Farm Star Living
"I think that when farmers farm for the lifestyle and for being a shepherd for God's creation, then they are doing it right."

 

AGE: 25
HOMETOWN: Brighton, Iowa
FARM TYPE / CROPS: 7th generation 800ac corn, soybeans, rye, barley, mustard farm
FARM LOCATION: Ainsworth, Iowa

FARM NAME: Precision Partners Corp 

 

FAVORITES:

  • Music: Classic Rock
  • Food: Prime Rib
  • Drinks: Busch Light
  • Blue Jeans: Every day
  • Thing to do AFTER work: Listen to Field Work, duh
  • Movie Stars: Will Ferrell, Chevy Chase
  • Tractor: CASE!
  • Mantra: huh?

What do you think a big MISCONCEPTION is about farming?

That farmers are hillbillies that don't care about water, the environment, or their impact on the planet. That farmers don't want to share their data and that they are closed off to connecting with the consumer or changing for a common goal.

What's your relationship status?

Married for 2 years

Do you have children?

Nope, just dogs and a pile of cats

What is your attitude about money?

I've heard of it. Hoping I will have some someday but now is the time to be head down, working.

Where is the farthest you have traveled to? Where would you like to go?

I've been to South Africa twice. It's about a 30hr trip. I would like to travel Europe.

If you could meet a few famous people, dead or alive, who would they be?

Jesus, neat. Meeting The Rock would be pretty cool too.

TELL US ABOUT A DAY ON THE FARM: When does your day start and end?

I spend my time split between working on my soil health data company, Continuum Ag, and working on the farm. I typically get up around 6:30, tweet, work from my office or have meetings during the day, then go to the farm and work. My dad runs the small family farm full-time. So my work is to help with data, trials, and the busy times in the spring or fall. I could easily spend over 12hrs per day at the farm then, often getting to my office around 7:00am for meetings in the morning then work at the farm until at least midnight. When the farm isn't super busy, I often stay at my office until 8:30 to get home and make dinner before my wife gets home at 9:30. She owns a dance studio and often doesn't get home until 9:30. When I'm traveling with meetings and speaking engagements it isn't uncommon for me to get home around 2:00am. Again, working hard while we are young and don't have kids.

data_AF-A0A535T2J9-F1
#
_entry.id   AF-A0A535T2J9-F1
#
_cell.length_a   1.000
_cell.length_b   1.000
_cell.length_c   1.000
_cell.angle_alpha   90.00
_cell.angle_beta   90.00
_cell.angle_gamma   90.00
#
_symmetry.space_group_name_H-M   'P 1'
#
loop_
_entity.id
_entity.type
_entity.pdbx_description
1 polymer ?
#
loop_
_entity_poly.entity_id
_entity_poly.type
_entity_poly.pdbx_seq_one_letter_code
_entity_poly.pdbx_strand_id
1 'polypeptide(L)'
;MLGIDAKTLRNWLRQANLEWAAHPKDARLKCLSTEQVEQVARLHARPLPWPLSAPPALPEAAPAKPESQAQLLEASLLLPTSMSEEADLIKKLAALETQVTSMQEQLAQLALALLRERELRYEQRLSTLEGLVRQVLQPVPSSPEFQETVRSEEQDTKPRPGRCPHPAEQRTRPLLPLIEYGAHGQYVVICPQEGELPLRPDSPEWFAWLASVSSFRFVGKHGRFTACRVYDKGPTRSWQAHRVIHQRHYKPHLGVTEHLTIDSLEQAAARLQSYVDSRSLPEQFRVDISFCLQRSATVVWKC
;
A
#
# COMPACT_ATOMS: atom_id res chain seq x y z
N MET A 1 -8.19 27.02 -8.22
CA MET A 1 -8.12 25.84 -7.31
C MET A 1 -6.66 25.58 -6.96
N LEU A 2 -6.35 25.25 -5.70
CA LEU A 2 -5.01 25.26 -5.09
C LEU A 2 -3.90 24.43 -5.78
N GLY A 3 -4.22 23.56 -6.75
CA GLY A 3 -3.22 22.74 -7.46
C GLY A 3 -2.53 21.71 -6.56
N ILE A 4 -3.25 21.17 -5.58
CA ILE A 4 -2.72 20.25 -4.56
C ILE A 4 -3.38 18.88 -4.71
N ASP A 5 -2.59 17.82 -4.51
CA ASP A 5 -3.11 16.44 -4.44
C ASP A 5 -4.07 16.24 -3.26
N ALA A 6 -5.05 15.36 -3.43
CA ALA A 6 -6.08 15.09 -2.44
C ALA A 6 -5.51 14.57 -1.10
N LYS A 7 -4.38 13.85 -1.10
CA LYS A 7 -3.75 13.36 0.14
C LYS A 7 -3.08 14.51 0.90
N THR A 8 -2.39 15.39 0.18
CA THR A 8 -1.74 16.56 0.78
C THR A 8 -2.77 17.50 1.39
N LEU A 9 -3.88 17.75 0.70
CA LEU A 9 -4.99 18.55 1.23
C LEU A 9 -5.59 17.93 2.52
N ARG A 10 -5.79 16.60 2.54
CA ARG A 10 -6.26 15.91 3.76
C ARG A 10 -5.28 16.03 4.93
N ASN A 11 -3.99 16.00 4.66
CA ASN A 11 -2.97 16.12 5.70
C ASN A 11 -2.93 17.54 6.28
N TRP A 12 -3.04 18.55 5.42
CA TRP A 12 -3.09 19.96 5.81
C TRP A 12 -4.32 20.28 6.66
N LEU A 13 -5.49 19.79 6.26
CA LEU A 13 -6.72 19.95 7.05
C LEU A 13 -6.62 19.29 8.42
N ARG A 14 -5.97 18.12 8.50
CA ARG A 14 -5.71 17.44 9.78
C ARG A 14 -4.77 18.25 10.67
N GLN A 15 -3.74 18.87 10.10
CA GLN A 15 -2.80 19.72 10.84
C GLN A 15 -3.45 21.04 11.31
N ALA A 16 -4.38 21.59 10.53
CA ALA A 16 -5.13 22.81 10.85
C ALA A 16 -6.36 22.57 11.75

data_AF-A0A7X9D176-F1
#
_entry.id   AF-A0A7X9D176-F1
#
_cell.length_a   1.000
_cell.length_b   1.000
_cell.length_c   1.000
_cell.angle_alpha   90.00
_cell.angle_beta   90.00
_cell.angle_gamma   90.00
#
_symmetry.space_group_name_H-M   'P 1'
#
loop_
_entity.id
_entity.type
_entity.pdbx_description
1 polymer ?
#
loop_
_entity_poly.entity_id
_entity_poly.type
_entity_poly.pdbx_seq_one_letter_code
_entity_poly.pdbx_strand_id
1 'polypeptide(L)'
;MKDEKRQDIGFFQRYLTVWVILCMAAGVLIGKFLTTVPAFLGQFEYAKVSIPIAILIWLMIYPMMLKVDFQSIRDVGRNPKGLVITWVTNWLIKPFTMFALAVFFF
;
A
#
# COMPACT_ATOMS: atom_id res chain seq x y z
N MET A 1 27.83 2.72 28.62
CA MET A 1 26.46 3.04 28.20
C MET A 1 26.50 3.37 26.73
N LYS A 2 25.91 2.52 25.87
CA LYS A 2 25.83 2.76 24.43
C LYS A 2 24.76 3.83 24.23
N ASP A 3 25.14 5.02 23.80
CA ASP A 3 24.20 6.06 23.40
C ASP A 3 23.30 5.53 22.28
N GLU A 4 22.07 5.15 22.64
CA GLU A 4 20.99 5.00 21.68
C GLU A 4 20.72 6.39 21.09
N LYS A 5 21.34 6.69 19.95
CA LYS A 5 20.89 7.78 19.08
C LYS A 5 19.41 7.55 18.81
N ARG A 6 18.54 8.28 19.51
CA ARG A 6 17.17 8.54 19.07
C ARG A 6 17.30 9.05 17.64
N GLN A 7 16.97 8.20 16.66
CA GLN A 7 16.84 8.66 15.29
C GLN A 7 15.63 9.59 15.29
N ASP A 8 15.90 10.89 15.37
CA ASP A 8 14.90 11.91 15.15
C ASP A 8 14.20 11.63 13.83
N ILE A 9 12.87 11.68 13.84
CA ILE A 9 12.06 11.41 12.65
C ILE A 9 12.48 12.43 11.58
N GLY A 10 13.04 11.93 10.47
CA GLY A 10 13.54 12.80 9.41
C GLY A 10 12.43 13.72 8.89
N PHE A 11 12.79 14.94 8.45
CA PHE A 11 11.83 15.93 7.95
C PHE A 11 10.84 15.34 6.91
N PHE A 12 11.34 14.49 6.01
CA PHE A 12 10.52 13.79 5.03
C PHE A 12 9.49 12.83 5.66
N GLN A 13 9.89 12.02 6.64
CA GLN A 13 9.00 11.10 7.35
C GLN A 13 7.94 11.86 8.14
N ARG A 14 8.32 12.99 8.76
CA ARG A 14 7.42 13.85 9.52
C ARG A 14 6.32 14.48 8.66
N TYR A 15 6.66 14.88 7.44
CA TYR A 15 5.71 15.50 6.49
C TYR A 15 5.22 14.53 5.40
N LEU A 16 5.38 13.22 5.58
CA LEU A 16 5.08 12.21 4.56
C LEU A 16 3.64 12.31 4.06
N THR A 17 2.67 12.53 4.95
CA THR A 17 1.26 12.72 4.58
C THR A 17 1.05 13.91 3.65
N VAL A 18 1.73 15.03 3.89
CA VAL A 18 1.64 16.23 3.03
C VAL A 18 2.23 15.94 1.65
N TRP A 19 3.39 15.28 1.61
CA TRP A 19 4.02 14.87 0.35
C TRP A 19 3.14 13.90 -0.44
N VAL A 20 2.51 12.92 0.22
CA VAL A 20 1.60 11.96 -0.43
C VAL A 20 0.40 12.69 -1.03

What makes you HAPPY in a day on the farm?

WORMS! Finding worms, soil aggregation, soil fungi, and biological activity is an indicator that we are moving in the right direction.

However, what makes me the most happy is to see my Dad happy and learning. He is clearly where I get my passion for ag and drive to learn and do things better. I find extreme joy in watching him learn, discover, and share his insights with visitors we have to the farm, or while he and I are working or checking on fields together.

What makes you FRUSTRATED?

Honestly, what made me frustrated this spring was watching farmers keep making tillage passes. I'm not sure what they were going for.... dry the soil? No, it was dry. Warm the soil? No, it was plenty warm. Rid the field of weeds? No, I often saw a sprayer and a chisel in the same field and there were not weeds coming at any kind of pressure anyway. I'm not frustrated about the fact that they are tilling, hurting their soils, or causing erosion from wind and water. I'm frustrated because they are burning their own money and in turn harming their ability to invest in their farm and family.